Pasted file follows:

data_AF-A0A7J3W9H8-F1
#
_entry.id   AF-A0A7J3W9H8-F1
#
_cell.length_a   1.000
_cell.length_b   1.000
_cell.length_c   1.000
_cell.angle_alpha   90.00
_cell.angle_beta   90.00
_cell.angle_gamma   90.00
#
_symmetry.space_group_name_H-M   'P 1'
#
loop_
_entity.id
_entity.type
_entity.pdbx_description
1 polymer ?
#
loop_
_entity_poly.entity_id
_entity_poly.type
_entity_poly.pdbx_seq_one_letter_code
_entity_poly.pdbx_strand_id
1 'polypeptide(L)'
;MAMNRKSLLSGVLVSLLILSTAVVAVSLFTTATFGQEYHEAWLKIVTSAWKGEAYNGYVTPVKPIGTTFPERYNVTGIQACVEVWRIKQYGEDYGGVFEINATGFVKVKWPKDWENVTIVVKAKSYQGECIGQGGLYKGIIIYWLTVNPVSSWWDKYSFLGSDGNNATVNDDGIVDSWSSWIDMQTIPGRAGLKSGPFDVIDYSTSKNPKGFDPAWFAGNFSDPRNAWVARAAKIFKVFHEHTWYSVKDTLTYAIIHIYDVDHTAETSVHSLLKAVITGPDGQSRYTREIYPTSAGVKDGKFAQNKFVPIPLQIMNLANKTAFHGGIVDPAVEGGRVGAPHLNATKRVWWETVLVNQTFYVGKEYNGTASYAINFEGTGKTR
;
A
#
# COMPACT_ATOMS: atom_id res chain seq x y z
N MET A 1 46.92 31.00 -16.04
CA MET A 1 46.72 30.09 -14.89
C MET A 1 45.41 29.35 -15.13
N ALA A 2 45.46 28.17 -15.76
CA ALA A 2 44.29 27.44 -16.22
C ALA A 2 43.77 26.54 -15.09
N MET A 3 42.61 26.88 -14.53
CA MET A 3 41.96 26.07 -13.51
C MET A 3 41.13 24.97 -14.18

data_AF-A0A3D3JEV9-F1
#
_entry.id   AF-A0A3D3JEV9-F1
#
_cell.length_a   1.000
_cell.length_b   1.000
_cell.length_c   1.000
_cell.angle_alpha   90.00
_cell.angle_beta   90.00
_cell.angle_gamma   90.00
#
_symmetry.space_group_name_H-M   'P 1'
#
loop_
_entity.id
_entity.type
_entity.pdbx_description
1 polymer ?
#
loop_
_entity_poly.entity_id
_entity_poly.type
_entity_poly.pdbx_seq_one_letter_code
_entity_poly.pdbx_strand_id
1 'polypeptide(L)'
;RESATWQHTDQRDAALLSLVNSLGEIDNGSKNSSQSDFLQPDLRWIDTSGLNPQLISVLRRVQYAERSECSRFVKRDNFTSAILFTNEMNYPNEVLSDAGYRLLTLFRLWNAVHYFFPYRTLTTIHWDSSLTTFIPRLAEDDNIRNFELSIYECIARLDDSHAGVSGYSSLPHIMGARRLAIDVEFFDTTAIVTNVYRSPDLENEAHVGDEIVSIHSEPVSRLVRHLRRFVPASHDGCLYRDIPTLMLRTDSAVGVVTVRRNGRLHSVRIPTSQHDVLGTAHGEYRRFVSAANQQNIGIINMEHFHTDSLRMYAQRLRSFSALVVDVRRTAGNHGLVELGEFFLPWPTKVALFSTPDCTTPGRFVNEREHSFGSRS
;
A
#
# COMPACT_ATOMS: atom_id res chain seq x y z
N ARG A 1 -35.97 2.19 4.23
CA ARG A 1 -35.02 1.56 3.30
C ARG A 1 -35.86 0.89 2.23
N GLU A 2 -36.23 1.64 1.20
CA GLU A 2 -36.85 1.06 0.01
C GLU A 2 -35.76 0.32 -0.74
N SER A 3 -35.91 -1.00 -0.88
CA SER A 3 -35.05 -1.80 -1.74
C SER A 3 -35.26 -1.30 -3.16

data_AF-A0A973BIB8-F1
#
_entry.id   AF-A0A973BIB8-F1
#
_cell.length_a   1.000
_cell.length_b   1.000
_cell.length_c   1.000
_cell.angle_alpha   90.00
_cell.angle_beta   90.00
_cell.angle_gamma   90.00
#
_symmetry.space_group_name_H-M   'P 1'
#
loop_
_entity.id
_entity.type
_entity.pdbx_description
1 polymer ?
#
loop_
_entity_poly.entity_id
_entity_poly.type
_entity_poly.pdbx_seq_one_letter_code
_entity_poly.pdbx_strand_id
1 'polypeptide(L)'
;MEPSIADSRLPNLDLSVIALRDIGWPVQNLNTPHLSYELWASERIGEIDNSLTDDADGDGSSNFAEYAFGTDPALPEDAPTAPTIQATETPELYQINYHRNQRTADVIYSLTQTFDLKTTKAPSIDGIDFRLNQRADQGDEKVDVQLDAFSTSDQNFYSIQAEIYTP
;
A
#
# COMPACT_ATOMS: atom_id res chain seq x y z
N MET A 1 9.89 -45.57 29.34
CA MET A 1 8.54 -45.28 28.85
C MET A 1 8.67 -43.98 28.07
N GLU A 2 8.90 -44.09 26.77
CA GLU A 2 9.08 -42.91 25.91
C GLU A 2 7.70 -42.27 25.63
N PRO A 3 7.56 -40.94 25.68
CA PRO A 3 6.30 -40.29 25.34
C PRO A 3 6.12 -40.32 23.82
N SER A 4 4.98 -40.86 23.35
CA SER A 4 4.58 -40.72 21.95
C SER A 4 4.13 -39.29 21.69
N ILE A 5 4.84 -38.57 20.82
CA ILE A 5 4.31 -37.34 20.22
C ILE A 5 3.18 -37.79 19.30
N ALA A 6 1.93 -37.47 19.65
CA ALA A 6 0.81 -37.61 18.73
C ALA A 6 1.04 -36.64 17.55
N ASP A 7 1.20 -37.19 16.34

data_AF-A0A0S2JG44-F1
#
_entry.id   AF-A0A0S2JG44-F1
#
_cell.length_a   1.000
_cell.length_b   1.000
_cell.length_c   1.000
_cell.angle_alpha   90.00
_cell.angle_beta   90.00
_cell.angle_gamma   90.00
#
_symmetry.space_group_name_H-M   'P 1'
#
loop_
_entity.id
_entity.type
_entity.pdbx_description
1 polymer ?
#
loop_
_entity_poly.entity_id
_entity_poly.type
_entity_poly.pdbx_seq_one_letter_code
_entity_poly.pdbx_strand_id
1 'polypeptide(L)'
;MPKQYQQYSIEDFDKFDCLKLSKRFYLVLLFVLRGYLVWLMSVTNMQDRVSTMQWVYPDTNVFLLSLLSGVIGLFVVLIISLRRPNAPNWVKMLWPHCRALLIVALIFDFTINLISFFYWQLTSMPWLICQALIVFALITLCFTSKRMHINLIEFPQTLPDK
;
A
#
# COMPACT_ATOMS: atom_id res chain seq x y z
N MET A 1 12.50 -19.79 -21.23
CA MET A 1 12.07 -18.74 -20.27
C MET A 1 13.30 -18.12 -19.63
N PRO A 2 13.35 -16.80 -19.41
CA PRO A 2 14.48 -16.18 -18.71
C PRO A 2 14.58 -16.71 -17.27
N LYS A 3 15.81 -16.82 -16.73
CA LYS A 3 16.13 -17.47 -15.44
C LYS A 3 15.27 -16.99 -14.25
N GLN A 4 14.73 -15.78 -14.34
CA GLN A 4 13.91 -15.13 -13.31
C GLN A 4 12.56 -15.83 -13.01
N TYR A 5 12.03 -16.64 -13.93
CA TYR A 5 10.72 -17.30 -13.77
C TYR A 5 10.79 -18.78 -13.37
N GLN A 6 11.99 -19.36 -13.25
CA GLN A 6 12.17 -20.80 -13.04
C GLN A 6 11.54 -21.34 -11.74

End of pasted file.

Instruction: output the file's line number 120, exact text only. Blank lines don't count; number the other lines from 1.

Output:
C SER A 4 4.13 -39.29 21.69